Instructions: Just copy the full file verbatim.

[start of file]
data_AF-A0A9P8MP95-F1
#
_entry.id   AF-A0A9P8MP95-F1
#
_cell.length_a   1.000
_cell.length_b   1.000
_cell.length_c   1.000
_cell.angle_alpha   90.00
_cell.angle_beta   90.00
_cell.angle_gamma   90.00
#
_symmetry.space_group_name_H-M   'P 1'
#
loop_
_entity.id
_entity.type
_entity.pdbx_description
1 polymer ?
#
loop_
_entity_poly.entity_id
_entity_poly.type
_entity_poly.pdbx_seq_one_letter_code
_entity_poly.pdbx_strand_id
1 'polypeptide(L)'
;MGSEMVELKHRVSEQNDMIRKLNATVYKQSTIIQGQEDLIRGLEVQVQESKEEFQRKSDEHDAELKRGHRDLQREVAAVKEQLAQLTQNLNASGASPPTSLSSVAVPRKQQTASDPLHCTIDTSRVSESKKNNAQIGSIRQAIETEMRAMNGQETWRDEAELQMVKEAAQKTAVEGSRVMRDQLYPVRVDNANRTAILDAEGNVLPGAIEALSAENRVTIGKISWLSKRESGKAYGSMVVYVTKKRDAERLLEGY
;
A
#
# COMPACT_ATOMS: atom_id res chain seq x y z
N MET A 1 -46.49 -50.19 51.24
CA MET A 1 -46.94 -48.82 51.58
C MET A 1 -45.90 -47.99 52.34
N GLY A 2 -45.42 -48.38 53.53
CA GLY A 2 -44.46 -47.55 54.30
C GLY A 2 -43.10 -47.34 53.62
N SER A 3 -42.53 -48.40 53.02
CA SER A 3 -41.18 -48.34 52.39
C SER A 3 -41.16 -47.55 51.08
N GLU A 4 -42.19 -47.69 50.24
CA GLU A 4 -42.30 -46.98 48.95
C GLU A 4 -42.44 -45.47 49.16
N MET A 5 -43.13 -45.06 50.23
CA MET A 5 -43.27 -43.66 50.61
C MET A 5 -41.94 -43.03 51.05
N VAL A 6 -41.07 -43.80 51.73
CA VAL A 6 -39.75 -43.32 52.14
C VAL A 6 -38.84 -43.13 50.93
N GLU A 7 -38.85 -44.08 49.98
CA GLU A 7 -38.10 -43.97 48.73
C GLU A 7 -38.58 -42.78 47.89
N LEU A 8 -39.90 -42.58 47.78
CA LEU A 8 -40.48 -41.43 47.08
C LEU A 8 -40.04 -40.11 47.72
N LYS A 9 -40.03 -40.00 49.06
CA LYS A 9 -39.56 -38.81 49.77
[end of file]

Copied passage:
data_AF-A0A9P8MP95-F1
#
_entry.id   AF-A0A9P8MP95-F1
#
_cell.length_a   1.000
_cell.length_b   1.000
_cell.length_c   1.000
_cell.angle_alpha   90.00
_cell.angle_beta   90.00
_cell.angle_gamma   90.00
#
_symmetry.space_group_name_H-M   'P 1'
#
loop_
_entity.id
_entity.type
_entity.pdbx_description
1 polymer ?
#
loop_
_entity_poly.entity_id
_entity_poly.type
_entity_poly.pdbx_seq_one_letter_code
_entity_poly.pdbx_strand_id
1 'polypeptide(L)'
;MGSEMVELKHRVSEQNDMIRKLNATVYKQSTIIQGQEDLIRGLEVQVQESKEEFQRKSDEHDAELKRGHRDLQREVAAVKEQLAQLTQNLNASGASPPTSLSSVAVPRKQQTASDPLHCTIDTSRVSESKKNNAQIGSIRQAIETEMRAMNGQETWRDEAELQMVKEAAQKTAVEGSRVMRDQLYPVRVDNANRTAILDAEGNVLPGAIEALSAENRVTIGKISWLSKRESGKAYGSMVVYVTKKRDAERLLEGY
;
A
#
# COMPACT_ATOMS: atom_id res chain seq x y z
N MET A 1 -46.49 -50.19 51.24
CA MET A 1 -46.94 -48.82 51.58
C MET A 1 -45.90 -47.99 52.34
N GLY A 2 -45.42 -48.38 53.53
CA GLY A 2 -44.46 -47.55 54.30
C GLY A 2 -43.10 -47.34 53.62
N SER A 3 -42.53 -48.40 53.02
CA SER A 3 -41.18 -48.34 52.39
C SER A 3 -41.16 -47.55 51.08
N GLU A 4 -42.19 -47.69 50.24
CA GLU A 4 -42.30 -46.98 48.95
C GLU A 4 -42.44 -45.47 49.16
N MET A 5 -43.13 -45.06 50.23
CA MET A 5 -43.27 -43.66 50.61
C MET A 5 -41.94 -43.03 51.05
N VAL A 6 -41.07 -43.80 51.73
CA VAL A 6 -39.75 -43.32 52.14
C VAL A 6 -38.84 -43.13 50.93
N GLU A 7 -38.85 -44.08 49.98
CA GLU A 7 -38.10 -43.97 48.73
C GLU A 7 -38.58 -42.78 47.89
N LEU A 8 -39.90 -42.58 47.78
CA LEU A 8 -40.48 -41.43 47.08
C LEU A 8 -40.04 -40.11 47.72
N LYS A 9 -40.03 -40.00 49.06
CA LYS A 9 -39.56 -38.81 49.77